“I

Australian Muscle Car - - Modern Muscle -

don’t want to do it. I don’t want the pub­lic­ity. I loathe pub­lic­ity. There’s some­thing in it for you and for the mag­a­zine, but noth­ing for me.”

For 17 min­utes Norm Beechey, twice Aus­tralian Tour­ing Car Cham­pion, win­ner of 15 state cham­pi­onships, owner and driver of 27 dif­fer­ent race­cars in­clud­ing the ‘PK’ Hold­ens, the first per­son to win a tour­ing car ti­tle in a Holden, the great­est show­man the sport has pro­duced and now noted recluse from mo­tor­sport, par­ried on the tele­phone.

Yet, at race meet­ings Beechey was the most en­gag­ing of driv­ers. He’d sign au­to­graphs un­til the last fan went home. Be­fore it be­came manda­tory (these days af­ter ask­ing per­mis­sion of your race en­gi­neer, of course) he’d smoke the tyres and play to the crowd. He wrote the text book on mo­tor rac­ing pro­mo­tion. But when the car went on the trailer he was… pri­vate.

You can count on one hand the num­ber of in­ter­views Beechey has ever given. In 1970, af­ter his glo­ri­ous ATCC vic­tory in his home grown Holden Monaro, I got him for Sports Car World. The open­ing para­graph de­scribed him as “six feet of smil­ing self pro­mo­tion.” Since then we’ve seen each other spas­mod­i­cally at race cir­cuits. At the Aus­tralian Grand Prix he’s even agreed to a quick on-air chat, but the clas­sic two-ques­tion grab, noth­ing more. I ex­plain to him that AMC wants to hon­our him in their Centurion-edi­tion and that they’ll do so ei­ther through di­rect in­ter­view or by writ­ing it from the files. It’ll hap­pen ei­ther way, but I as­sure him I won’t par­tic­i­pate in the sec­ond op­tion. If he doesn’t want the story writ­ten, I’m not go­ing to do it. I re­spect him too much for that.

Two days later at 8am on Sun­day I get a phone call from an un­listed num­ber. “It’s Nor­man Beechey,” he says. “I’ve spo­ken to my wife and we’ll do the in­ter­view. We’d rather make sure we get the facts straight.”

Norm and Marg Beechey are big on facts. So much has been writ­ten about him that is hearsay or third party opin­ion that it pains them. They are both proud of Norm’s achieve­ments – not ridicu­lously, vain­glo­ri­ously, so, but proud none­the­less.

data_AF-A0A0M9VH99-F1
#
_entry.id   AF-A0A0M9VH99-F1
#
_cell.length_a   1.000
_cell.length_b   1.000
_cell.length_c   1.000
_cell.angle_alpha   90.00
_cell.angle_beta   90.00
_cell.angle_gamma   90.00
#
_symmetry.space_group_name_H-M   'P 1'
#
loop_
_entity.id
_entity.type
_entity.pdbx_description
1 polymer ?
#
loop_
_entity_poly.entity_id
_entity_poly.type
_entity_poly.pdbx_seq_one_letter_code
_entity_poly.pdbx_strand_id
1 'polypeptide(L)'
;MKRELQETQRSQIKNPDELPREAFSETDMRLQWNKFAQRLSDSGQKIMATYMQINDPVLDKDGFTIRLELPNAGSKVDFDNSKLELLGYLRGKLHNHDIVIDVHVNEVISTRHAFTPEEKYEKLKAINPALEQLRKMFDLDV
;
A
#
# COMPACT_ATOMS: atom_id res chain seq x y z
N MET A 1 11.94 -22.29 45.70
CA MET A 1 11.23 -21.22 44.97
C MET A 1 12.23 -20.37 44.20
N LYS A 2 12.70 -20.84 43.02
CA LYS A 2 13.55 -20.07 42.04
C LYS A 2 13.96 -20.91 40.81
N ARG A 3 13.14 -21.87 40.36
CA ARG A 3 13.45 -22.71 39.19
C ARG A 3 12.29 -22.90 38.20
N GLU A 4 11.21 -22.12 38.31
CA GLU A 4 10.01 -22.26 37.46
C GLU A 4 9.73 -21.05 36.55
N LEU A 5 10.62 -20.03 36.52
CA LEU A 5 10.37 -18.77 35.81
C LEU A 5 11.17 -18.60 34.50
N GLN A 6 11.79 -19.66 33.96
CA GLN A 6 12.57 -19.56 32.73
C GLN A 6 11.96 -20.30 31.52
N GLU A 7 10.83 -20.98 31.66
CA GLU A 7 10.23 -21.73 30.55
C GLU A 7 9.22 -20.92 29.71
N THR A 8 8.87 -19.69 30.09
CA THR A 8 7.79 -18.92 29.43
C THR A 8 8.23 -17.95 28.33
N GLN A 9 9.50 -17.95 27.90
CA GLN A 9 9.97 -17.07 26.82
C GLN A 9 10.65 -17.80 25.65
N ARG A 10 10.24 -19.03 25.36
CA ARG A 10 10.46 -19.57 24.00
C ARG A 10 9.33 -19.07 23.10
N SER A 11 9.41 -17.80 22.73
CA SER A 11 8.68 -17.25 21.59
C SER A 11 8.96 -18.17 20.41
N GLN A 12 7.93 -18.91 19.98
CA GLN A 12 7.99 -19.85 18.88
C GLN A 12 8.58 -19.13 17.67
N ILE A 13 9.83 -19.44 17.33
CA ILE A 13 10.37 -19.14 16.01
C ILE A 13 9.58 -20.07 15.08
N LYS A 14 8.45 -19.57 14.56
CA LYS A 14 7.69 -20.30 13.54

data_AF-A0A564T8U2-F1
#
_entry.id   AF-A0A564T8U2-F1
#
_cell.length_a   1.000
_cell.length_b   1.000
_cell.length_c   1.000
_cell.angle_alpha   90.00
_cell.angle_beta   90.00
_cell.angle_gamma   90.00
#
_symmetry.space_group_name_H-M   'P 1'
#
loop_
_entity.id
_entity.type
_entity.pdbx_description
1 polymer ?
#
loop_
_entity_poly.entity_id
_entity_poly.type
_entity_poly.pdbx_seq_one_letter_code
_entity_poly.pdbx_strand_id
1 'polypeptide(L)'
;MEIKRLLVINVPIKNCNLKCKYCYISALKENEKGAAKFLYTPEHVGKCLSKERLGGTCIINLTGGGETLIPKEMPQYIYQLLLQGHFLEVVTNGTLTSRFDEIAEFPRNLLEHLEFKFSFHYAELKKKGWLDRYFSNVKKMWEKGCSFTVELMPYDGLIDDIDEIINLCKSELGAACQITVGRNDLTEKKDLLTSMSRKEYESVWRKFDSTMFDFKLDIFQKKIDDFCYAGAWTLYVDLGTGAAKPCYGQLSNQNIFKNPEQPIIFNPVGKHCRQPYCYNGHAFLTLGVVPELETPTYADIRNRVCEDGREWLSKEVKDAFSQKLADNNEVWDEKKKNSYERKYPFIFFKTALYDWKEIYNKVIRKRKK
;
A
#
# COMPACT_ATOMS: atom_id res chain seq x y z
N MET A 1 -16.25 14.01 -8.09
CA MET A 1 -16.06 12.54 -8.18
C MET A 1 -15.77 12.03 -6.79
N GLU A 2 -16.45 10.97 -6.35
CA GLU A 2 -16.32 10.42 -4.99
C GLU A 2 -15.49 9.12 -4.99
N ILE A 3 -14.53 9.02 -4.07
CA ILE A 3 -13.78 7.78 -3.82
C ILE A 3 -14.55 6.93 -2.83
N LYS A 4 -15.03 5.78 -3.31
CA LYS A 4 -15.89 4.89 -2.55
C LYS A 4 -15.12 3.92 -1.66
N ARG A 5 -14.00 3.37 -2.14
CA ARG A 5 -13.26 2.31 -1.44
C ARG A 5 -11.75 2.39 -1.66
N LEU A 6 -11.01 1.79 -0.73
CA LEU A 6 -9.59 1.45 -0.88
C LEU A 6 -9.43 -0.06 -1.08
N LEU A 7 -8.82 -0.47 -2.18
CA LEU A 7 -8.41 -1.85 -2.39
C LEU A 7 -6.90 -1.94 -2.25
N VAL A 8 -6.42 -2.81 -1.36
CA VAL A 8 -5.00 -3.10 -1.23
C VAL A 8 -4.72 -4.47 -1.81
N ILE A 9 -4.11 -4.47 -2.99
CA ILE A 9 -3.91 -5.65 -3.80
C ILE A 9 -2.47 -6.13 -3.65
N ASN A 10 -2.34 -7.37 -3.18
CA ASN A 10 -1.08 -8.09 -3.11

You can build a strong case to prove that Norm was the fa­ther of V8 tour­ing car rac­ing, or at least that he’d be a prime can­di­date for a pa­ter­nity test. If there’s dis­in­for­ma­tion in the field, in one re­spect they’ve no-one to blame but them­selves. So lit­tle is known about Norm, the man, and Mar­garet – ‘my wife’ as he refers to her even when she’s sit­ting be­side him – that peo­ple make as­sump­tions.

In prepa­ra­tion for our meet­ing, he’s made notes and brought pho­to­graphs and doc­u­ments from his home in Mel­bourne to his sec­ond home, a ma­rina-side unit in Ade­laide’s Glenelg, dec­o­rated not in mo­tor rac­ing mem­o­ra­bilia but in ex­quis­ite me­men­toes of over­seas travel – ta­pes­tries from the south of France, fine glass­ware from the north of Italy. Norm and Marg have driven over in his bril­liant yel­low C7

“I sup­pose you want to know why I stopped. Mof­fat didn’t want me to race, he didn’t want the com­pe­ti­tion.”

Corvette, fit­ted, he wants noted, with the Z51 pack which dry sumps the thump­ing V8, pro­vides big­ger sway bars and brakes and has three-way ad­justable shocks switch­able from the dash. He’s owned a C5 and C6 pre­vi­ously and they cost as much to con­vert to RHD in Mel­bourne as they do to buy in the States. But they’re still a bar­gain.

It’s Beechey as I re­mem­ber him. In 1970 I noted: “big hands with fin­gers you’d never imag­ine to be sen­si­tive reach quickly into brief cases and desk diaries for proof of what he says.” Al­most half a cen­tury on, noth­ing’s changed. “I sup­pose you want to know why I stopped.” It’s less a ques­tion and more of a chal­lenge. I have my the­o­ries, but they’re way off the mark com­pared to the fact that he pro­duces. He presents me with two let­ters from the Ford Mo­tor Com­pany, sit­ting side-by-side in a frame.

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